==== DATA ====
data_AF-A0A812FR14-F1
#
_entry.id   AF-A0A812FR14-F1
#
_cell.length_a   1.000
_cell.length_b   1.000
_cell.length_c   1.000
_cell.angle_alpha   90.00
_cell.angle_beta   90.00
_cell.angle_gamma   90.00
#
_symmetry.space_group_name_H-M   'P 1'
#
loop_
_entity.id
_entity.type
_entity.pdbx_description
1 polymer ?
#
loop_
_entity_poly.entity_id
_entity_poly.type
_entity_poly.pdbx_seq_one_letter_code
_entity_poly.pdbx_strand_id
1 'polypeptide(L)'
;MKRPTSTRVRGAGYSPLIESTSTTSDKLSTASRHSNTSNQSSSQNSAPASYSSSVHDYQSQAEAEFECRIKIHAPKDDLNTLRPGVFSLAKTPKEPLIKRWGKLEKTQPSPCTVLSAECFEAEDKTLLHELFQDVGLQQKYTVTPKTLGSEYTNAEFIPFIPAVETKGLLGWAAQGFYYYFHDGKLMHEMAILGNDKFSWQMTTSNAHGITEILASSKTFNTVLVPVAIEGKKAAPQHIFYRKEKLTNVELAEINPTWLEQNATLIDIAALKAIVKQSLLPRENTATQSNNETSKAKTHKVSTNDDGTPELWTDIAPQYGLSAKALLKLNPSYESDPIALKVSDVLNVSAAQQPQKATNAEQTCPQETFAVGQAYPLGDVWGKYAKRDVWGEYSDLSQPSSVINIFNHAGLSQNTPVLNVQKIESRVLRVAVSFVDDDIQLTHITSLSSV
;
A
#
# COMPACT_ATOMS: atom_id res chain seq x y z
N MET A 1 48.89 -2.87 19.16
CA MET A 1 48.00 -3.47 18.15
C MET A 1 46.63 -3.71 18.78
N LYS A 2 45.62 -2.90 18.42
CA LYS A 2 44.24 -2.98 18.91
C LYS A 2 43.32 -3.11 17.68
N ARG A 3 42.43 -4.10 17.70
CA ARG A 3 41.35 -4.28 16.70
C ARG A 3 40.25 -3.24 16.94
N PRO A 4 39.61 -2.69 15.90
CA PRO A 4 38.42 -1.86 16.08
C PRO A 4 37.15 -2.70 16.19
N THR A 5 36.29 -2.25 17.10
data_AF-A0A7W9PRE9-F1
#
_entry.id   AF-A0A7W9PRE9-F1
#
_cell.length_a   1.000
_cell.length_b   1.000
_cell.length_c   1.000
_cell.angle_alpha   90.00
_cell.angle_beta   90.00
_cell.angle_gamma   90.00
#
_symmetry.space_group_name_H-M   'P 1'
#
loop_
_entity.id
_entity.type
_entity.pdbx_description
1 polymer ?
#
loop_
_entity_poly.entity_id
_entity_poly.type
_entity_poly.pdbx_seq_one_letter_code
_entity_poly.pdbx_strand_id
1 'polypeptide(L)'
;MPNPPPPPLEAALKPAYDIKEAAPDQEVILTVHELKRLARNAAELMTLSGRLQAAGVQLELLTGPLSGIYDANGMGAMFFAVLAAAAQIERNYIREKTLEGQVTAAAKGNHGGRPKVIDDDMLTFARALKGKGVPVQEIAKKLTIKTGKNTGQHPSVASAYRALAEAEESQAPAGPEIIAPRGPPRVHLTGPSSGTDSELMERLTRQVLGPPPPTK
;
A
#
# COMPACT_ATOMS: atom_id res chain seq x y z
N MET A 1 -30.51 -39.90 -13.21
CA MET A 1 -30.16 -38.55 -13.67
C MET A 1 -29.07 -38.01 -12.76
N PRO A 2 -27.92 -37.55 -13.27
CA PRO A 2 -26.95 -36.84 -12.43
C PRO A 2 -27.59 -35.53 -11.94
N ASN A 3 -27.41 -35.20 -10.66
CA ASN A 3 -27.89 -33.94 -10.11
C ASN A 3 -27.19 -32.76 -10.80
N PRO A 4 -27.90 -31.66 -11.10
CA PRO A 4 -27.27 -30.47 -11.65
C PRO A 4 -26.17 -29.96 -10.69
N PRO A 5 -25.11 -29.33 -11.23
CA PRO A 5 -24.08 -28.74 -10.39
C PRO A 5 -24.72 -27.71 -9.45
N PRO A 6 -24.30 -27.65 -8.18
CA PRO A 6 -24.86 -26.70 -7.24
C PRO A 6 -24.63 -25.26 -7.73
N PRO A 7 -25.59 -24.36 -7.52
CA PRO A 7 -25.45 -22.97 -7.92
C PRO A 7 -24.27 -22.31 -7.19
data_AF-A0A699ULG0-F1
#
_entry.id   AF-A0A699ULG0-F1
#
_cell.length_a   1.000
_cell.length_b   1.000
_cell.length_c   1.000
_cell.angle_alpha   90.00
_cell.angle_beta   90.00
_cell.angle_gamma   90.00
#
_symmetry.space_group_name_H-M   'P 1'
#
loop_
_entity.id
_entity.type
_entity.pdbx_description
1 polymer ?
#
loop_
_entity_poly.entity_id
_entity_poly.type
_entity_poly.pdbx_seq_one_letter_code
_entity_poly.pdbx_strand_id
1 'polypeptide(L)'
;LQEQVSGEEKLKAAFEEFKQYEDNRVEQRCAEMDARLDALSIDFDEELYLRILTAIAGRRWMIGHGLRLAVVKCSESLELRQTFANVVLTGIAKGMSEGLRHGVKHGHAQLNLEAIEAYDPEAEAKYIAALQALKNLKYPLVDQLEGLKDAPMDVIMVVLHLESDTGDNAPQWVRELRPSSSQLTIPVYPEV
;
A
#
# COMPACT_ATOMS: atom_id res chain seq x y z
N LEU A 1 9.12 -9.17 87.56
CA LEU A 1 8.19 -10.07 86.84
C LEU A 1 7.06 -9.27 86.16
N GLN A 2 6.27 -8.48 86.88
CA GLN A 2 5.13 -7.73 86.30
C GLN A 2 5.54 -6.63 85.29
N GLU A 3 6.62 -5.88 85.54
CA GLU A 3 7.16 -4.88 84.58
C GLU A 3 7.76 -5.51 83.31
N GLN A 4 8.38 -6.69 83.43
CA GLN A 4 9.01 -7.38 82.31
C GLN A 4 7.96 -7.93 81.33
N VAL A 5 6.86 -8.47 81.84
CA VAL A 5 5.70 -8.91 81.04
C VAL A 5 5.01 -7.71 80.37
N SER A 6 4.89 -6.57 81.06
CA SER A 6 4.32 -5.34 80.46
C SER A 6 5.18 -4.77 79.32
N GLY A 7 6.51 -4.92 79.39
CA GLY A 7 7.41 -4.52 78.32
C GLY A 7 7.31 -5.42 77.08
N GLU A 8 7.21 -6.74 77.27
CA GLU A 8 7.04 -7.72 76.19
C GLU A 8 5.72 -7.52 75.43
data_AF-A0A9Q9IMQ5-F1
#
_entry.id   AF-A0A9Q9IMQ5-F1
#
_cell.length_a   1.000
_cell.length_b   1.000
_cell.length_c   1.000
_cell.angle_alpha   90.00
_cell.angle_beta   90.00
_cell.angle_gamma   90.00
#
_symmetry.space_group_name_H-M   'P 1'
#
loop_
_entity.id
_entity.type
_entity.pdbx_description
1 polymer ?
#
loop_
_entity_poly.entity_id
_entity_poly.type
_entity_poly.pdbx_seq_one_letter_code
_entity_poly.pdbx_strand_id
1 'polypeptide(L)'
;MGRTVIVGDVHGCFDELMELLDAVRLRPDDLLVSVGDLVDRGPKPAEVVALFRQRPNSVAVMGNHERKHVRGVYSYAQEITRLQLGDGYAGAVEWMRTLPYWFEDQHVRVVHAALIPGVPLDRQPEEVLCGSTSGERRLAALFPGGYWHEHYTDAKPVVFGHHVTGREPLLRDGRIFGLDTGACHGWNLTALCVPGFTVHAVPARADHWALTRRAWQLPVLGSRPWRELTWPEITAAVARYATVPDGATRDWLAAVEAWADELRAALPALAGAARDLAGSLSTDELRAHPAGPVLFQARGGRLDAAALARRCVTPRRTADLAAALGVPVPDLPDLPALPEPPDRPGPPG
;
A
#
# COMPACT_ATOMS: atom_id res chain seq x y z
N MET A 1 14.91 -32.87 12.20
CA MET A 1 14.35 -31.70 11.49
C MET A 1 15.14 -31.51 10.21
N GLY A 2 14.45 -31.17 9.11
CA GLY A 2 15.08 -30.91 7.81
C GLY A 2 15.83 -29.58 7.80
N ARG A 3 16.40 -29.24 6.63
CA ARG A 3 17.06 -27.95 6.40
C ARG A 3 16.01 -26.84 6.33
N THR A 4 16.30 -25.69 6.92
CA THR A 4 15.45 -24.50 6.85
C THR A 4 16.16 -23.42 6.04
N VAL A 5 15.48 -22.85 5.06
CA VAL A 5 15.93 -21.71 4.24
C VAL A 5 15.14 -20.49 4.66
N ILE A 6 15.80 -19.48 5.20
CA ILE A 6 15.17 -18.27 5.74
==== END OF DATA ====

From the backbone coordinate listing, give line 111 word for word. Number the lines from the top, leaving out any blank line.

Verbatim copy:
_entity.pdbx_description